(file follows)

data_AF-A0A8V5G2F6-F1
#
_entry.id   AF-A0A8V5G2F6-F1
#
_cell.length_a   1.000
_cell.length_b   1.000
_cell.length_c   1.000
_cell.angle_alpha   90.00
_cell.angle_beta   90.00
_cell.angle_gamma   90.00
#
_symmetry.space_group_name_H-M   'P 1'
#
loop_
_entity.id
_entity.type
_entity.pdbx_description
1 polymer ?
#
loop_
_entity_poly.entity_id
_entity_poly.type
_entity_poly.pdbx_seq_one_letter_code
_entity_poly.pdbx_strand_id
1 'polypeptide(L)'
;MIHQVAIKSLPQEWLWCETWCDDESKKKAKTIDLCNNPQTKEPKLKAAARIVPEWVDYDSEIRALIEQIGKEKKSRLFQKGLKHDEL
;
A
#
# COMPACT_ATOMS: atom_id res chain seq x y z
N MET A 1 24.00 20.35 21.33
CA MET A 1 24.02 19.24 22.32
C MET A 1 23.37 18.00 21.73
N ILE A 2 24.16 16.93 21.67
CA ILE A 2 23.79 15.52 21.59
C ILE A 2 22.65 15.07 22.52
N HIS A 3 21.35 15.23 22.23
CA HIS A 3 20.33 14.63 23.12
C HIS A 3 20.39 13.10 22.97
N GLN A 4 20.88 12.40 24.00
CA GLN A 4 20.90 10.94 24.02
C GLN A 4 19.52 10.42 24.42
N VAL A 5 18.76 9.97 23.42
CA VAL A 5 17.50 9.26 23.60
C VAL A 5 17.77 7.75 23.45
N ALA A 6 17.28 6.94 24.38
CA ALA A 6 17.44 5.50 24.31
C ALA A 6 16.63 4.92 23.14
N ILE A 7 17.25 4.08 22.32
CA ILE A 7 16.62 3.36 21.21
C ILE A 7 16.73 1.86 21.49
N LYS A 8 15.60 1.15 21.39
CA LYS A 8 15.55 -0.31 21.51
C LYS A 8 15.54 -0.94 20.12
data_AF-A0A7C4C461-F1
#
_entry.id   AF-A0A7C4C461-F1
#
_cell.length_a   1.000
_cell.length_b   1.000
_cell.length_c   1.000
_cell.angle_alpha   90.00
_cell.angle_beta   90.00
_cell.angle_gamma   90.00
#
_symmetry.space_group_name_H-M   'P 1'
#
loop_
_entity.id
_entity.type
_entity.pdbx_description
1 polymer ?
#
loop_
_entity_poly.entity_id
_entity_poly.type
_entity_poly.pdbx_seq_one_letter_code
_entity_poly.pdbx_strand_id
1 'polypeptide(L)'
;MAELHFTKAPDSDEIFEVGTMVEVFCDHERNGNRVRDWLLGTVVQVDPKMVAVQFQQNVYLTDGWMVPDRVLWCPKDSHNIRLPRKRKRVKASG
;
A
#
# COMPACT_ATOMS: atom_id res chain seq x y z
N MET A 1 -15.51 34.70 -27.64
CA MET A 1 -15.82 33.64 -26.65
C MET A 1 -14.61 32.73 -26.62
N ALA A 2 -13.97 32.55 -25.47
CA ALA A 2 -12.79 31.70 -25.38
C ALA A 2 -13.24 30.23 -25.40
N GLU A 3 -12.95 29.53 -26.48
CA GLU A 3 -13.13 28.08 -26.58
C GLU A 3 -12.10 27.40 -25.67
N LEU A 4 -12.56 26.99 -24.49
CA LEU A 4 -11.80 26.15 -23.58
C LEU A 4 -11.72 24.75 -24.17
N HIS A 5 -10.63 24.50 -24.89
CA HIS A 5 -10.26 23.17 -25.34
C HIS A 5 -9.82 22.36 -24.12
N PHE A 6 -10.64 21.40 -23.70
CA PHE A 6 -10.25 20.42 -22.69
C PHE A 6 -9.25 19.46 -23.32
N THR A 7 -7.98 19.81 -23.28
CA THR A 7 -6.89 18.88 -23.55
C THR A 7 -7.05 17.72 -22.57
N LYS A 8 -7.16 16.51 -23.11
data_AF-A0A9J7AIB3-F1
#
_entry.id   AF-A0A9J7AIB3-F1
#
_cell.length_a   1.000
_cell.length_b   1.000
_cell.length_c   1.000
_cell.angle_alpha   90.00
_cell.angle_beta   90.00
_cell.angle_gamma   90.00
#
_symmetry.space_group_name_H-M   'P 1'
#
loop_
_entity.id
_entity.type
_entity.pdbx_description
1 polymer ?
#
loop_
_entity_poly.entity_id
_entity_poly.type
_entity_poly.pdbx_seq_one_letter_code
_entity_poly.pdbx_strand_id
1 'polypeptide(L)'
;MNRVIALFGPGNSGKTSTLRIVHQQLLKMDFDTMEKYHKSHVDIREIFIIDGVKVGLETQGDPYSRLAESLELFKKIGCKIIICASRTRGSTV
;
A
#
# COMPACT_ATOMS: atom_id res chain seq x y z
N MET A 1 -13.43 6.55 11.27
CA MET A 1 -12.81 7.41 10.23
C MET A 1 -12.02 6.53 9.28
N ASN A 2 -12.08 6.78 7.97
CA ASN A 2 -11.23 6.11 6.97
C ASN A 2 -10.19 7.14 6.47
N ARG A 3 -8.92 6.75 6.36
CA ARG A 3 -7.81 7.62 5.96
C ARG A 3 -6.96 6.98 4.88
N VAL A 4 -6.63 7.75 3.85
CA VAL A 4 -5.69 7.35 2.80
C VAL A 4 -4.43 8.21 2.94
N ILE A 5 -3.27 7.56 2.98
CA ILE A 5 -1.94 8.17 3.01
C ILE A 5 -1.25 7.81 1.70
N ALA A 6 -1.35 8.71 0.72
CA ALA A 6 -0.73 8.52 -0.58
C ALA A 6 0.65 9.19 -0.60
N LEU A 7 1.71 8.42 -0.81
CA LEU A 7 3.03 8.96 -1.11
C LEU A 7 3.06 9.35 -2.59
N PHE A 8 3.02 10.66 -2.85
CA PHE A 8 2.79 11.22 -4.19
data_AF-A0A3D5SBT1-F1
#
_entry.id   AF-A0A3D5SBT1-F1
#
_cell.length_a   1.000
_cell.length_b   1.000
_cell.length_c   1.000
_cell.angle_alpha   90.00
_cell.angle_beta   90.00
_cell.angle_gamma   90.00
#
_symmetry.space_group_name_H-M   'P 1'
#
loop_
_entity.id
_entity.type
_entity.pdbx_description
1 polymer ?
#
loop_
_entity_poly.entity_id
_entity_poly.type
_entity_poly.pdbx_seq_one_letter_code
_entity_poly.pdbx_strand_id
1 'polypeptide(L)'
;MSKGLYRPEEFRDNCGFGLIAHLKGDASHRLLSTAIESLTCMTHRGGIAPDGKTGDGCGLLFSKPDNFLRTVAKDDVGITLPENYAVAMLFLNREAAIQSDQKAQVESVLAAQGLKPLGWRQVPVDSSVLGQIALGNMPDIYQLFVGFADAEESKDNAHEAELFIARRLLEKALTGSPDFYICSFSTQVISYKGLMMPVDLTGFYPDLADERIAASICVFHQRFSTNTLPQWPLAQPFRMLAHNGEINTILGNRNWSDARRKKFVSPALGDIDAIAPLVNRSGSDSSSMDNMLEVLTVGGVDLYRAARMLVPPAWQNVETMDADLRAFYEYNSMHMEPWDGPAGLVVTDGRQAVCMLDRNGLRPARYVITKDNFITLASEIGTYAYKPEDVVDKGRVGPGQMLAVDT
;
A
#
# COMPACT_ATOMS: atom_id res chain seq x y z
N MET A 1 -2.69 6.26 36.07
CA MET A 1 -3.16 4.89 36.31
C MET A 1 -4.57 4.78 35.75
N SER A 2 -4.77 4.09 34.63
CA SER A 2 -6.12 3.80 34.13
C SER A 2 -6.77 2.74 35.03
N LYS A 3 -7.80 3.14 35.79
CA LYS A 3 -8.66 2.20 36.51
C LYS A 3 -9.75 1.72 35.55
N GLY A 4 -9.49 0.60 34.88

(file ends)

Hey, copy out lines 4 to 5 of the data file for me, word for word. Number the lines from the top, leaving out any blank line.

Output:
#
_cell.length_a   1.000